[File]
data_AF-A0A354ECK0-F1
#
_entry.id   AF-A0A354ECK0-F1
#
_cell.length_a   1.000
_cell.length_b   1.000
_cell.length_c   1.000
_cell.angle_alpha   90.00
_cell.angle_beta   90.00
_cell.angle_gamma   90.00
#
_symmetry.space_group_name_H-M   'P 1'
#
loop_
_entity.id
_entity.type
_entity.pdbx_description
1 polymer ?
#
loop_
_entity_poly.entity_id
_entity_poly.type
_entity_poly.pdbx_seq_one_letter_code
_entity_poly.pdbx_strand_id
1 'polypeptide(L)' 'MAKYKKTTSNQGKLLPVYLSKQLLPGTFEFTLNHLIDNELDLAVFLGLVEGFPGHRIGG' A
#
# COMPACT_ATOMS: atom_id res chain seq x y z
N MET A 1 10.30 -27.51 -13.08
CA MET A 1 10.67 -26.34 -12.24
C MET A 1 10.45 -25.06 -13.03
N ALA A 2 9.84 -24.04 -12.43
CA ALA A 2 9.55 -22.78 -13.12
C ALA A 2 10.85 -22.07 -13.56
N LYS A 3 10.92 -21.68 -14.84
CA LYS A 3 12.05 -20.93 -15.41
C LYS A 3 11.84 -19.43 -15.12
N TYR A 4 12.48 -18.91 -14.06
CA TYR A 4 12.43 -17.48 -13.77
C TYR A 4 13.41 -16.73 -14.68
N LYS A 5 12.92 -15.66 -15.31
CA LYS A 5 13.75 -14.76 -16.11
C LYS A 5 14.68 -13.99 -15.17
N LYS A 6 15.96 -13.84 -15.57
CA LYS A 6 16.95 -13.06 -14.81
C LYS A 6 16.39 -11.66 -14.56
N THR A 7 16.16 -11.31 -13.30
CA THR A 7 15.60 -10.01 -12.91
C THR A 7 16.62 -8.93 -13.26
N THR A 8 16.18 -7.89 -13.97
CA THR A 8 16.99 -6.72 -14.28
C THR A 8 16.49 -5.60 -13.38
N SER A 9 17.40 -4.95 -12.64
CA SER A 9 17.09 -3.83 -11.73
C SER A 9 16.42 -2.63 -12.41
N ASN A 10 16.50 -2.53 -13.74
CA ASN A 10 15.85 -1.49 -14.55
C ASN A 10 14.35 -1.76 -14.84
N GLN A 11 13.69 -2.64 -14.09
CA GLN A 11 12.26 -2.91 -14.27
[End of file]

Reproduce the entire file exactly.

data_AF-A0A354ECK0-F1
#
_entry.id   AF-A0A354ECK0-F1
#
_cell.length_a   1.000
_cell.length_b   1.000
_cell.length_c   1.000
_cell.angle_alpha   90.00
_cell.angle_beta   90.00
_cell.angle_gamma   90.00
#
_symmetry.space_group_name_H-M   'P 1'
#
loop_
_entity.id
_entity.type
_entity.pdbx_description
1 polymer ?
#
loop_
_entity_poly.entity_id
_entity_poly.type
_entity_poly.pdbx_seq_one_letter_code
_entity_poly.pdbx_strand_id
1 'polypeptide(L)' 'MAKYKKTTSNQGKLLPVYLSKQLLPGTFEFTLNHLIDNELDLAVFLGLVEGFPGHRIGG' A
#
# COMPACT_ATOMS: atom_id res chain seq x y z
N MET A 1 10.30 -27.51 -13.08
CA MET A 1 10.67 -26.34 -12.24
C MET A 1 10.45 -25.06 -13.03
N ALA A 2 9.84 -24.04 -12.43
CA ALA A 2 9.55 -22.78 -13.12
C ALA A 2 10.85 -22.07 -13.56
N LYS A 3 10.92 -21.68 -14.84
CA LYS A 3 12.05 -20.93 -15.41
C LYS A 3 11.84 -19.43 -15.12
N TYR A 4 12.48 -18.91 -14.06
CA TYR A 4 12.43 -17.48 -13.77
C TYR A 4 13.41 -16.73 -14.68
N LYS A 5 12.92 -15.66 -15.31
CA LYS A 5 13.75 -14.76 -16.11
C LYS A 5 14.68 -13.99 -15.17
N LYS A 6 15.96 -13.84 -15.57
CA LYS A 6 16.95 -13.06 -14.81
C LYS A 6 16.39 -11.66 -14.56
N THR A 7 16.16 -11.31 -13.30
CA THR A 7 15.60 -10.01 -12.91
C THR A 7 16.62 -8.93 -13.26
N THR A 8 16.18 -7.89 -13.97
CA THR A 8 16.99 -6.72 -14.28
C THR A 8 16.49 -5.60 -13.38
N SER A 9 17.40 -4.95 -12.64
CA SER A 9 17.09 -3.83 -11.73
C SER A 9 16.42 -2.63 -12.41
N ASN A 10 16.50 -2.53 -13.74
CA ASN A 10 15.85 -1.49 -14.55
C ASN A 10 14.35 -1.76 -14.84
N GLN A 11 13.69 -2.64 -14.09
CA GLN A 11 12.26 -2.91 -14.27